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Too Early To Think About Lifting Watering Restrictions

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(credit: CBS)

(credit: CBS)

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DENVER (CBS4) – Thanks to the recent storms Colorado’s snowpack is looking much better.

Less than a month ago the statewide average was 79 percent of where it should be. Now it’s at 92 percent of normal, and all the river basins are above normal in the northwest part of the state.

Denver Water says it’s just too early for them to determine just how much water came out of the recent snow storms. But as for just when residents can water their lawn, they say there will likely always be some type of restriction in place.

As temperatures warm up, lawns will need to be watered. But recent restrictions in the city of Denver have limited homes to watering just two days a week.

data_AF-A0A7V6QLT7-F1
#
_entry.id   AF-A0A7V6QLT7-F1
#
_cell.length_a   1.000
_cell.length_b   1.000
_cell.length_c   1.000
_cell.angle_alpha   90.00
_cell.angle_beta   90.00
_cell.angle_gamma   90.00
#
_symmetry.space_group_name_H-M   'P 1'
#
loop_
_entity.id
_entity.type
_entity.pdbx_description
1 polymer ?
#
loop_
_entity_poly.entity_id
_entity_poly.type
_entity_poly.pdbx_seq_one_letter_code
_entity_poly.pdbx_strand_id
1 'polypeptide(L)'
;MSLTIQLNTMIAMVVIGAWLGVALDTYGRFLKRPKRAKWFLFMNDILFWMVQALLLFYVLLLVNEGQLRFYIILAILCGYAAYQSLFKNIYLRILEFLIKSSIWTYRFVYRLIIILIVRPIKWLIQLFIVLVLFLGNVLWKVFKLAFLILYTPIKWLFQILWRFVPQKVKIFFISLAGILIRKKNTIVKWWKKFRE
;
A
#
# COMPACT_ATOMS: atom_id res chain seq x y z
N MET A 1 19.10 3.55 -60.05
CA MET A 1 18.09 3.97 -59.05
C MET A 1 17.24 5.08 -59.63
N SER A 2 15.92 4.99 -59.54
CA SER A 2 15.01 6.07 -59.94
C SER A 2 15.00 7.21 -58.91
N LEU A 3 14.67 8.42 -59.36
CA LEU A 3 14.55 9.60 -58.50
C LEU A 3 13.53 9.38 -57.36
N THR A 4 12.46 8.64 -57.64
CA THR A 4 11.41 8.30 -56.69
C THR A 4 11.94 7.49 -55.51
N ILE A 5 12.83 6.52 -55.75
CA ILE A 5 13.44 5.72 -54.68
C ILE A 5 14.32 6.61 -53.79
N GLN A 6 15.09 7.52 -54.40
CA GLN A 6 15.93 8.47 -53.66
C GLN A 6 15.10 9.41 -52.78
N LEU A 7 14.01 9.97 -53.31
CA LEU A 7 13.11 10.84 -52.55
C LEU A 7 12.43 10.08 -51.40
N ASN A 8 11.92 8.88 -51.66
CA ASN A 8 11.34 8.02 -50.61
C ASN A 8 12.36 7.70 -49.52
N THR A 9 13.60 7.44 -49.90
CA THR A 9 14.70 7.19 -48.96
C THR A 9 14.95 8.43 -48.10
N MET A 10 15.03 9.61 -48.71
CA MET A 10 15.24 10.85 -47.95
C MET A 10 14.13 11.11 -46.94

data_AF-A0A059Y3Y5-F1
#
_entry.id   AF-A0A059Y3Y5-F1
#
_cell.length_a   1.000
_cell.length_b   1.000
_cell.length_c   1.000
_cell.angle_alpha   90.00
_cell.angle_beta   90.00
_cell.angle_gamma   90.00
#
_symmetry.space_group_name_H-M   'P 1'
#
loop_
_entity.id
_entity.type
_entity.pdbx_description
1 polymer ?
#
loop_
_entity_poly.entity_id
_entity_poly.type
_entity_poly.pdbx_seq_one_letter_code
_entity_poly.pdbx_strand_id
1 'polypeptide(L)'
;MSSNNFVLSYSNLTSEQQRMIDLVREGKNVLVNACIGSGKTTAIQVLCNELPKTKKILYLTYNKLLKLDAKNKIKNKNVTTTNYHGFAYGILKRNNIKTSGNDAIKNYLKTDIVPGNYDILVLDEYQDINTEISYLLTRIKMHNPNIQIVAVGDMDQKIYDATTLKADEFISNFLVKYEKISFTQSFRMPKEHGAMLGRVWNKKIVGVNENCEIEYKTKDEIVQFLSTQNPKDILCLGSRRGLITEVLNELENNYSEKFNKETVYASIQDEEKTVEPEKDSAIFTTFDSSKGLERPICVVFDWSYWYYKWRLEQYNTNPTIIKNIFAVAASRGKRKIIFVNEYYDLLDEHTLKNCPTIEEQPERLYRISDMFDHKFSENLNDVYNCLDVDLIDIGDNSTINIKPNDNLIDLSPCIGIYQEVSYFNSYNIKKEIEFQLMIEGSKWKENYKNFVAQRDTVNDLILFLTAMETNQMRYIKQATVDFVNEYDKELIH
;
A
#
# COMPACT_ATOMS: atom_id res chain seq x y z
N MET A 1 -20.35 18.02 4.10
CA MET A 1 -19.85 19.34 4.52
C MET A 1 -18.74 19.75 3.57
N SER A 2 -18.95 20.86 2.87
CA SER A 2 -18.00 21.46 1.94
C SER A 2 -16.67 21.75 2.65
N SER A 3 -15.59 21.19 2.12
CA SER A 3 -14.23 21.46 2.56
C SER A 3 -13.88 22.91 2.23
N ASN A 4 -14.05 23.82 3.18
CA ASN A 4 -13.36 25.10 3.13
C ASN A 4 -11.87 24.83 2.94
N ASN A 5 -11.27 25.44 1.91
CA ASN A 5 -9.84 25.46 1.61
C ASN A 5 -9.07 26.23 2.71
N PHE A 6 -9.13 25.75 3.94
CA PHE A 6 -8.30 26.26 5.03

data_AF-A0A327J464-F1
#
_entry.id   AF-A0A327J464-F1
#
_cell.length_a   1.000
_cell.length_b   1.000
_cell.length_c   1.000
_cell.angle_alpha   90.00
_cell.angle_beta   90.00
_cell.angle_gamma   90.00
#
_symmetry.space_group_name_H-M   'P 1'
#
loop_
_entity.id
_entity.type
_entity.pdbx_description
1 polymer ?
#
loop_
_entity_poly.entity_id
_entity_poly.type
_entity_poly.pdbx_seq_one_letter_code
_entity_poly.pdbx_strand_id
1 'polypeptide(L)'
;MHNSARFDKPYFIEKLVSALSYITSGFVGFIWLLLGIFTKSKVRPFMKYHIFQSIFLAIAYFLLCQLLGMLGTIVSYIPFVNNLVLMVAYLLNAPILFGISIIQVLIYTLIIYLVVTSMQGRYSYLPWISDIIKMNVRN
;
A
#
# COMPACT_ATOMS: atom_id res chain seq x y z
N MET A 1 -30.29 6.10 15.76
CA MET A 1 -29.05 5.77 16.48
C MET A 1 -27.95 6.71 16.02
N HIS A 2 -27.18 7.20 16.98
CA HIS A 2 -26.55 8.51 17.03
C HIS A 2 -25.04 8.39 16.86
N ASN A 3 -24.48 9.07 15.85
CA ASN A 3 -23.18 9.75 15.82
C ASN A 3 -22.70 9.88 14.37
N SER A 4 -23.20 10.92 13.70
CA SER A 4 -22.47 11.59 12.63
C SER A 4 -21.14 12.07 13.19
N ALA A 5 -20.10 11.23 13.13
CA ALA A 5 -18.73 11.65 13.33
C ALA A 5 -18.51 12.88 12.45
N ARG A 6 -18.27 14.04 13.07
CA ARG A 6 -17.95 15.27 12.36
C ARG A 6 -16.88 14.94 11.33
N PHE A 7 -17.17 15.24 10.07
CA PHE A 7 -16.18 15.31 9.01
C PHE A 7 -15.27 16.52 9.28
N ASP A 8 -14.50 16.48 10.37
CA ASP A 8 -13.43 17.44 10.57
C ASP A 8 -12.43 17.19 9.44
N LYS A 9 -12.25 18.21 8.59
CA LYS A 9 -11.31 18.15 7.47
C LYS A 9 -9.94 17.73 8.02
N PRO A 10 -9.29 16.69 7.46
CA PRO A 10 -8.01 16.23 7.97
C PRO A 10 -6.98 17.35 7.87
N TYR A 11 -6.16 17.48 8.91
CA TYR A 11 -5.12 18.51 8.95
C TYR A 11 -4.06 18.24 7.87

“We had seen two years of very dry winters and not a lot of snow, which means our reservoirs haven’t been full since July of 2011. So beginning April 1 we put in mandatory watering restrictions,” Stacy Chesney with Denver Water said.

Denver Water joins other areas like Aurora and Broomfield that have voluntary or mandatory restrictions in place. Despite the recent snow, it’s still too early to tell how much the water table has increased.

“We are going to closely monitor the situation and evaluate it. If we need to make changes and evaluate it we’ll know more later in May,” Chesney said.

Boulder is also waiting until May to make decisions but actually doesn’t anticipate any restrictions. So far they’ve measured water levels at 70 percent of average before the recent snow storms. The additional moisture will get them closer to average. Denver Water customers aren’t as lucky.

“We’ll always have in place summer watering rules like not watering during the heat of the day,” Chesney said. “Because we’ve had such great snow you really don’t need to water for the next week or two.”

A spokesperson for Boulder Water said they were really proactive last year in maintaining upper mountain water storage levels. They also have two different water treatment plants, which is why they don’t anticipate any water restrictions there.

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